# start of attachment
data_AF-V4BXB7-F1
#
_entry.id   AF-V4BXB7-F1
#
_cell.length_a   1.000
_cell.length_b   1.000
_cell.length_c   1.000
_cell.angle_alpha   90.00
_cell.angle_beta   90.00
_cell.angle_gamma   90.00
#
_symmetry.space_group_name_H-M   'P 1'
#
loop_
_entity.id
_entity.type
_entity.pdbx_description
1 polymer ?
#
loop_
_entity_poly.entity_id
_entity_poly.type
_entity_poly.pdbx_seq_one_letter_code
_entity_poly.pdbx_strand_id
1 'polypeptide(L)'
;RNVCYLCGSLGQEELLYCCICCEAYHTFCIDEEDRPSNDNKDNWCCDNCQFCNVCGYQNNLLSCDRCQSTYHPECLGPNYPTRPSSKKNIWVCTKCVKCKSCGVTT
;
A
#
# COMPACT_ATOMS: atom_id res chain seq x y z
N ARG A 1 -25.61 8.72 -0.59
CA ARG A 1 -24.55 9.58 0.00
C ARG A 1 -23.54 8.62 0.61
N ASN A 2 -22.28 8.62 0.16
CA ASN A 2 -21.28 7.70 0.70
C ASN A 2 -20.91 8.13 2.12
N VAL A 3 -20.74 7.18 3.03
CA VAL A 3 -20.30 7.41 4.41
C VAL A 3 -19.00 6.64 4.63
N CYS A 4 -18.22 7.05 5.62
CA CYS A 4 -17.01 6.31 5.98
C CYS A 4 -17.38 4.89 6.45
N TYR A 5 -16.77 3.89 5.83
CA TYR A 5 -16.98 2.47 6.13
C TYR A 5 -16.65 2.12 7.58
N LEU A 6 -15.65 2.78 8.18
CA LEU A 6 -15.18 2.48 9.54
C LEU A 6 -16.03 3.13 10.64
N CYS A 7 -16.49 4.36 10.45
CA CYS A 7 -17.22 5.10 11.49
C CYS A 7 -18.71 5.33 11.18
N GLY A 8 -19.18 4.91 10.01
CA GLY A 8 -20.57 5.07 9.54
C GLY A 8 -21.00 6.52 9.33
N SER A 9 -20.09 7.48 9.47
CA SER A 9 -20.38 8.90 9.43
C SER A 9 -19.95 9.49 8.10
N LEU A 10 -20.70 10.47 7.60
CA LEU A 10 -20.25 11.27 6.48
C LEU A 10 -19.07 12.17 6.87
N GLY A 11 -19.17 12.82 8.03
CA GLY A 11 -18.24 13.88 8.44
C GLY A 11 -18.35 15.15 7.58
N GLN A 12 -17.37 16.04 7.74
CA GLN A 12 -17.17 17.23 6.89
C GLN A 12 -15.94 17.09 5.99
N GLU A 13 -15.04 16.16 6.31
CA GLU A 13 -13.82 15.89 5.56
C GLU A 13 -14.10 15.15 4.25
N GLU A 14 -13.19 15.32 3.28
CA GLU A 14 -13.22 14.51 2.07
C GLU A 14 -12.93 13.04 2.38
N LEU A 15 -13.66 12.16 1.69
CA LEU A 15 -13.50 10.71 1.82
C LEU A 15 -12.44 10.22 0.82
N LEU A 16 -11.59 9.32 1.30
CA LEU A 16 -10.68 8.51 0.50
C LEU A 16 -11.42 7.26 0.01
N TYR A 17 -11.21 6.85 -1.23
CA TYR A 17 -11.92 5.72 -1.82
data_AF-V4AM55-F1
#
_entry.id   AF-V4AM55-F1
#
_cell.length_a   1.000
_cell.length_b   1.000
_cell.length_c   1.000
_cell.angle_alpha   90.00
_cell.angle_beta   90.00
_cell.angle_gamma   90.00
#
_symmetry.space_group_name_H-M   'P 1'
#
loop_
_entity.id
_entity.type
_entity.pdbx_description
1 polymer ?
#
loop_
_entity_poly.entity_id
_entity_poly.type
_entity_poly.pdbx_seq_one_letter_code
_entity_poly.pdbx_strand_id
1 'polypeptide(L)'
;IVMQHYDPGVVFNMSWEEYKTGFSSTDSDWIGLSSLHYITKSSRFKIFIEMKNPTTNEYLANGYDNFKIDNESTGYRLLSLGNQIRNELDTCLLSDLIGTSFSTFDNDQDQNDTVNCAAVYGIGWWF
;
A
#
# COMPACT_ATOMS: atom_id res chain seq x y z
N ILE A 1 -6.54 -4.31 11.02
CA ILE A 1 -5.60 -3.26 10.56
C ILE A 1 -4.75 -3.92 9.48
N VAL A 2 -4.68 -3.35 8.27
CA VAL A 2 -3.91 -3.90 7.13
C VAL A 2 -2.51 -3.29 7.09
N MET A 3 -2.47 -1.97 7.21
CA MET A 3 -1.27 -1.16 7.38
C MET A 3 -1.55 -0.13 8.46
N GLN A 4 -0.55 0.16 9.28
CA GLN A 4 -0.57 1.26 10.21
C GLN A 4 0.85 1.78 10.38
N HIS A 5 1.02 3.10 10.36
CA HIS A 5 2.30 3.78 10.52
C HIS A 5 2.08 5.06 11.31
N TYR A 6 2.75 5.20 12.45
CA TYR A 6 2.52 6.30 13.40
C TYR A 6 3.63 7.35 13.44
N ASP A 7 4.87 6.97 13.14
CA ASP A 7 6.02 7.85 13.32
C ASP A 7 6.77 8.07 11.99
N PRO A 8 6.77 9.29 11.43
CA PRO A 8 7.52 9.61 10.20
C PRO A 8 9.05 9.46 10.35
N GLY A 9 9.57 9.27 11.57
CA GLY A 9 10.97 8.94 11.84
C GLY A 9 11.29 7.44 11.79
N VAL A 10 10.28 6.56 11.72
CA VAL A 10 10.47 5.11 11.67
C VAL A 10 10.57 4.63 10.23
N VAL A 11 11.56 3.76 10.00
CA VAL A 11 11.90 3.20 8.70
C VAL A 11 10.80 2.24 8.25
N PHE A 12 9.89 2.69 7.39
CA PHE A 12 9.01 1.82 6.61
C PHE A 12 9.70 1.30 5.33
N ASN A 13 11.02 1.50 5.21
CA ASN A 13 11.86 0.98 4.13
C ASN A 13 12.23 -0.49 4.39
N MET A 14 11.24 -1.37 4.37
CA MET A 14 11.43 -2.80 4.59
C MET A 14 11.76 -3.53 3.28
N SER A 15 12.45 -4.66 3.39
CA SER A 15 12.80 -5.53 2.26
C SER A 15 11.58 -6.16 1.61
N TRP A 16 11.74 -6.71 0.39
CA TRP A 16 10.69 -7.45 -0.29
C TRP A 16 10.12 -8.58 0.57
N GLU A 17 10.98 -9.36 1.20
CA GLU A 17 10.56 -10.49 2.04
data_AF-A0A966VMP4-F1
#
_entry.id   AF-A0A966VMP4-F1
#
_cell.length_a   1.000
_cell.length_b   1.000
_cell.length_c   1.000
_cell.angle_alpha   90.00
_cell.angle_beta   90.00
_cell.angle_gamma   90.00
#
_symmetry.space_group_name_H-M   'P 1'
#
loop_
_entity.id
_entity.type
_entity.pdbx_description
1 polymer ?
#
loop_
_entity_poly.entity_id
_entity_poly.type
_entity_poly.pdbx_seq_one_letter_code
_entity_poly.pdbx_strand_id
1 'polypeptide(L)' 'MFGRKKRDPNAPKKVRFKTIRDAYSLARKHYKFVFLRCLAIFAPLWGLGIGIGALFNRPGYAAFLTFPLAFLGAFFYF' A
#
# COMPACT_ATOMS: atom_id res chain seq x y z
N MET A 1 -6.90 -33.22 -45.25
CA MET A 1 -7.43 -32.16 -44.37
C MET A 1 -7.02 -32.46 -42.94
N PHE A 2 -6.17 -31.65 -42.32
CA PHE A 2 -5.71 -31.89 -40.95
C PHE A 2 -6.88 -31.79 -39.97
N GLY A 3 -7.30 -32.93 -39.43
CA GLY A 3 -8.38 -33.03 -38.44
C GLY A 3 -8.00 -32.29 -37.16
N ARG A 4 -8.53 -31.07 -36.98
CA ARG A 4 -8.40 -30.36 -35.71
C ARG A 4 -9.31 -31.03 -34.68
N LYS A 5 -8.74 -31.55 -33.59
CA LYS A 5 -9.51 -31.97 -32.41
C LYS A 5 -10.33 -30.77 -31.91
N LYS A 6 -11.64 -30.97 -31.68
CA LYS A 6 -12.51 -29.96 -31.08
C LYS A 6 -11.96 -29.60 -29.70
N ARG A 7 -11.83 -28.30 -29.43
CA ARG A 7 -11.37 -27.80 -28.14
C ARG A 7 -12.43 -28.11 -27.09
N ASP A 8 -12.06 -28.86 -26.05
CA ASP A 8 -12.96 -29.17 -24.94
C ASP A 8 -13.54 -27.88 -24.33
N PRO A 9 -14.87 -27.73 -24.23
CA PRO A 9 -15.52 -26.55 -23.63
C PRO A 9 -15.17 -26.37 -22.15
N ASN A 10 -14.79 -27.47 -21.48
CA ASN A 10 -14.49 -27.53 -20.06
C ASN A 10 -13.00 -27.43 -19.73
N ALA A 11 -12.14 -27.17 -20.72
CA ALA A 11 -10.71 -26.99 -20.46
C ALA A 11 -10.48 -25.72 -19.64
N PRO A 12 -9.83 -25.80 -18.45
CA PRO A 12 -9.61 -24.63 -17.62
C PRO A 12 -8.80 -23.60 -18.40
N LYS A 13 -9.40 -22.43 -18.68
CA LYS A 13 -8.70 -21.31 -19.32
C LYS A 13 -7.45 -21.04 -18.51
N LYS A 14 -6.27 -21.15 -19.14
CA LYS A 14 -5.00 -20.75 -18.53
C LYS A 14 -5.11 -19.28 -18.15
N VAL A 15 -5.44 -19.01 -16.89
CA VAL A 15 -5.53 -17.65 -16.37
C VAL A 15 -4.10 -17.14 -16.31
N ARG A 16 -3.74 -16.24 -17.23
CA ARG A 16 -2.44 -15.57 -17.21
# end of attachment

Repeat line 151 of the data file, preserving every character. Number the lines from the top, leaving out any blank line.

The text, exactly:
CA MET A 14 11.43 -2.80 4.59